Travel Insight: Online Travel Industry is growing

Travel Insight: Online Travel Industry is growing

The online travel industry is likely to grow in rapidly in 2016. The mobile user number to touch around 5 billion and around 2.6 billion would be using internet enables smartphones by 2019. This is going to have a positive impact on the online travel industry.

Online travel agencies have been following these latest trends to boost their revenue. The expansion of internet and growth in social media usage have been boosting online travel industry. Now, travellers have information regarding the trends on their fingertips. They would like to access the information prior to planning for any vacations.

More and more people use social media to know about travel destinations. According to one survey, a post on travel destination by a friend is enough to influence the travel plannings and schedule. The impact of the social media on travel industry is loud and clear.

The online travel industry has been gaining the momentum due to the growth in internet users. According to Statistic Brain, over 148.3 million internet users visit online travel portals, blogs, online travel agencies to for travel booking activities. The travel reservations increased by 57 percent in 2015.

When it comes to Asian leisure travellers, 59 percent of them book their travel product “whenever they can” and “wherever they can”, claims Tnooz.

2016 will be the perfect time for the online travel industries to accelerate their online activities for the higher growth rate and ROI. They need to capitalize- the growth in internet users and usage of social media globally.

The growth in mobile applications has been also another advantage for the travel operations to attract customers online platforms.

Social media has huge impact on travel and tourism industry. It has a huge impact on every industry across the world. Today, social media plays a vital role in the consumer travel experience. Travel experts believe that social media has been influencing travellers over their vacation plans. Some social media users take cue from the vacation pictures posted by their friends on social media sites like Facebook, Twitter and Google Plus.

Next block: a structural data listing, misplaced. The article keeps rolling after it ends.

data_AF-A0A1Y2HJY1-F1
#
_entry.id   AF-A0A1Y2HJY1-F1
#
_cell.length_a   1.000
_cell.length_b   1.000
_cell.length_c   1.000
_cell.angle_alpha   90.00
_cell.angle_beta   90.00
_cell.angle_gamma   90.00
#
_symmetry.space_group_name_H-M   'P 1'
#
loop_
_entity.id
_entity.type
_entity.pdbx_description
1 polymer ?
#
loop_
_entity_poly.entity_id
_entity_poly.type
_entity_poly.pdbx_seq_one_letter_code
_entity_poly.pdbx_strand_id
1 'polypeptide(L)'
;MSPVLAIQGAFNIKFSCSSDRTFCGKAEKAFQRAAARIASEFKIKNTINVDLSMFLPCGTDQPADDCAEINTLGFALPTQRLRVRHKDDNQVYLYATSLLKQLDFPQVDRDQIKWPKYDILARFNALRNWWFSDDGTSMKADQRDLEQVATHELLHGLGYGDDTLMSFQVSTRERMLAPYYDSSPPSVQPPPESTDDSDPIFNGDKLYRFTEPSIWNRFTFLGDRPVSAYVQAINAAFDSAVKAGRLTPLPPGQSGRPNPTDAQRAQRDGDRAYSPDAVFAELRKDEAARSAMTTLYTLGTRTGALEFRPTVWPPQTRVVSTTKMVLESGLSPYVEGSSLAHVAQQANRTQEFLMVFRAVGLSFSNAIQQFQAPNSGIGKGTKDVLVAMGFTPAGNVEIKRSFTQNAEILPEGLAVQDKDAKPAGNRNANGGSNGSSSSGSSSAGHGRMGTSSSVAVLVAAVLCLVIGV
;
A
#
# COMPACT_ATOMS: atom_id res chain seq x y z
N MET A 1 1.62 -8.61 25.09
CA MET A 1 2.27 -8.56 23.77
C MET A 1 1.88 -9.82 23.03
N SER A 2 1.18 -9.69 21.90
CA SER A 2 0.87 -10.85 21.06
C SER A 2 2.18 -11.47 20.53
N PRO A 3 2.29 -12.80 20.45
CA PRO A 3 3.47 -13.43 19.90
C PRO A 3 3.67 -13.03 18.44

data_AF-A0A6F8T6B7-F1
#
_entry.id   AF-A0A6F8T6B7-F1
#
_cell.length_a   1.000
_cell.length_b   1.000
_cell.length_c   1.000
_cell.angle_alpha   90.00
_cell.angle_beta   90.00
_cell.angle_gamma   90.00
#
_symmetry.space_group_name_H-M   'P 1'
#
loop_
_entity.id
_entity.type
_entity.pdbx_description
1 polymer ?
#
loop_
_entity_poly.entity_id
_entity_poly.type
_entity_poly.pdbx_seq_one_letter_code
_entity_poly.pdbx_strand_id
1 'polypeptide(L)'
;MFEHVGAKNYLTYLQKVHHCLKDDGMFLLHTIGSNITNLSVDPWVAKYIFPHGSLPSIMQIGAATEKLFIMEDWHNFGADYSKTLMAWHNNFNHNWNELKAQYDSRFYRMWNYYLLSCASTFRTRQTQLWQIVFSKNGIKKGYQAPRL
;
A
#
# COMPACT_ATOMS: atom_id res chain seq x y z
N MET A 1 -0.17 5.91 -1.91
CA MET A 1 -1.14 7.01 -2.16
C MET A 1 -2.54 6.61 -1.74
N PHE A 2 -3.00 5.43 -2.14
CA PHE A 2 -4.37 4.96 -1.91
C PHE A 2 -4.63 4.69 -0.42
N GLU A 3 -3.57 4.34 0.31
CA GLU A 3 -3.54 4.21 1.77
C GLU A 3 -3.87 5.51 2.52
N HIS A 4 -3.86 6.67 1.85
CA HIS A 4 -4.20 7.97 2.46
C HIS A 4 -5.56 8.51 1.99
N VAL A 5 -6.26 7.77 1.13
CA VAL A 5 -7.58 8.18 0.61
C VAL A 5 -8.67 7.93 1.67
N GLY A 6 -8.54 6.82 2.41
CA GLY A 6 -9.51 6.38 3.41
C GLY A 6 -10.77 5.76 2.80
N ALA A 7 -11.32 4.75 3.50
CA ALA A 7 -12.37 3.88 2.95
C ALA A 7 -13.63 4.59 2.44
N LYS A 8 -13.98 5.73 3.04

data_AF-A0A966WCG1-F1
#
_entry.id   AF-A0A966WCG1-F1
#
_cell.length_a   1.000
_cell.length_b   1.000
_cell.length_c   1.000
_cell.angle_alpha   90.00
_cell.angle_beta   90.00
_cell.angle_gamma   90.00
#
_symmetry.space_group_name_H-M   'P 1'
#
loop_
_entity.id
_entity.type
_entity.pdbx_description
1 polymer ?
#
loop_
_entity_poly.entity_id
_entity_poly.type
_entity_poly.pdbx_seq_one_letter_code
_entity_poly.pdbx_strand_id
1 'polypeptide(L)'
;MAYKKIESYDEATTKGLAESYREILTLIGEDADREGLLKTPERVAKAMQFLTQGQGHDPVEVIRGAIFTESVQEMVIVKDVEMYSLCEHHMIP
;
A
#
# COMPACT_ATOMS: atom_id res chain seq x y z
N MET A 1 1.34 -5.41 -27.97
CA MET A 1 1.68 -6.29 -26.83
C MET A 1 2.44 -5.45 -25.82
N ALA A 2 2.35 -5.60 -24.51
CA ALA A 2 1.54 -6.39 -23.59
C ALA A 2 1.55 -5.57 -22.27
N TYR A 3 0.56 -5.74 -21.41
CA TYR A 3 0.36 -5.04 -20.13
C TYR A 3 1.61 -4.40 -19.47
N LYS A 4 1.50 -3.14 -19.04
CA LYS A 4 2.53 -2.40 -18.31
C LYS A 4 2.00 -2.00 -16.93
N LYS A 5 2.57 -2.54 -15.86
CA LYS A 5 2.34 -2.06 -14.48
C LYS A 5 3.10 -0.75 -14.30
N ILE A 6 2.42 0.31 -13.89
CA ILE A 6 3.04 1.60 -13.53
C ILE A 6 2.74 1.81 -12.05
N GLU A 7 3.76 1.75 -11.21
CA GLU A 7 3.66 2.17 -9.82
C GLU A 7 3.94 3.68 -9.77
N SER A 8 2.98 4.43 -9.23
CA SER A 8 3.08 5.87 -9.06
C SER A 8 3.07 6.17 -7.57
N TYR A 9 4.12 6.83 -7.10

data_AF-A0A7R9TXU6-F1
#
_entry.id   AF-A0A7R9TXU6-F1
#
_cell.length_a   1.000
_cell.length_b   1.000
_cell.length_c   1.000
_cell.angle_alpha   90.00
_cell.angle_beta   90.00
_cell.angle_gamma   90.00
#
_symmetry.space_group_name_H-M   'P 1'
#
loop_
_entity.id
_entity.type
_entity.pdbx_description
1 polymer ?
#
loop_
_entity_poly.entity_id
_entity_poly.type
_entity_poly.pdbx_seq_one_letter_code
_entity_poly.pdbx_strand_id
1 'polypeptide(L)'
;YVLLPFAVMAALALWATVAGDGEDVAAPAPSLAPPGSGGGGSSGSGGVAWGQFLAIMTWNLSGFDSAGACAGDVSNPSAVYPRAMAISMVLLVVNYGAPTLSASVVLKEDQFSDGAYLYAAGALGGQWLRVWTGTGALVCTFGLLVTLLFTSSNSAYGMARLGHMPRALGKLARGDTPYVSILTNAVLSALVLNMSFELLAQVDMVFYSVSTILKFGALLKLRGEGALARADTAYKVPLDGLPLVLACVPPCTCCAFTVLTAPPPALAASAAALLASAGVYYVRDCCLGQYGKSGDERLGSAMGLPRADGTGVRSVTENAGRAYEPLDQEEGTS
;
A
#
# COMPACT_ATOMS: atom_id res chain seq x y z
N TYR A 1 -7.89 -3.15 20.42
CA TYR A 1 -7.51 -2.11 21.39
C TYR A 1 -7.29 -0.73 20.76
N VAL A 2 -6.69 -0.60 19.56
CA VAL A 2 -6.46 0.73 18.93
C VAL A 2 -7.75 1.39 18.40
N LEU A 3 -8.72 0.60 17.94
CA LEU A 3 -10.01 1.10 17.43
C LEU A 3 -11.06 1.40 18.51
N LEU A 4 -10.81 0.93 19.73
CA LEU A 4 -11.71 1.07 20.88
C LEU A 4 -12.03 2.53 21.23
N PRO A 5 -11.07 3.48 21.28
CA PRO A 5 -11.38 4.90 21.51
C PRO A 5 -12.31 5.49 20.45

Some users read reviews and ratings on these social networking sites prior to planning for the vacations. The travel and tourism industry has been depending on these social media sites to attract more customers and to push their sales online.

Social networking is one the most powerful forces driving travel industry today, failure to adopt could be fatal for travel agencies. The Days are gone, when people used to search on Google for “Hotels in [city]”, rather they try to get the information from leading travel portals and their social media profiles.

92 percent of people prefer word-of-mouth and recommendations from friends and family, above all other forms of advertising. Paid advertisement on television, magazine and newspapers have huge impact, as 47 percent of people trust such advertisements about travel and tourist packages.
Online reviews do play major role in defining the success of travel companies. As 70 percent of travellers do follow online reviews about travel packages and other travel related products. It is the second most trusted form of advertising.

Facebook has been a major social media site, where users can get plenty of information about travel, tours, destinations, vacations and packages provided by travel companies. Most of the travel companies have their business page on this giant social networking site in order to reach their customers and to provide information on their products. Users on this site are being influenced by the pictures shared by their friends.

Social media engagement is must for the travel companies in order get leads online and to increase the customer base. These social networking sites do have a higher conversion rate in travel bookings. According to reports, of those who used social media to research travel plans, only 48 percent stuck with their original plans and 46 percent travellers post hotel reviews on social media

About Italy Newsblog: the Italian Blog… About Italy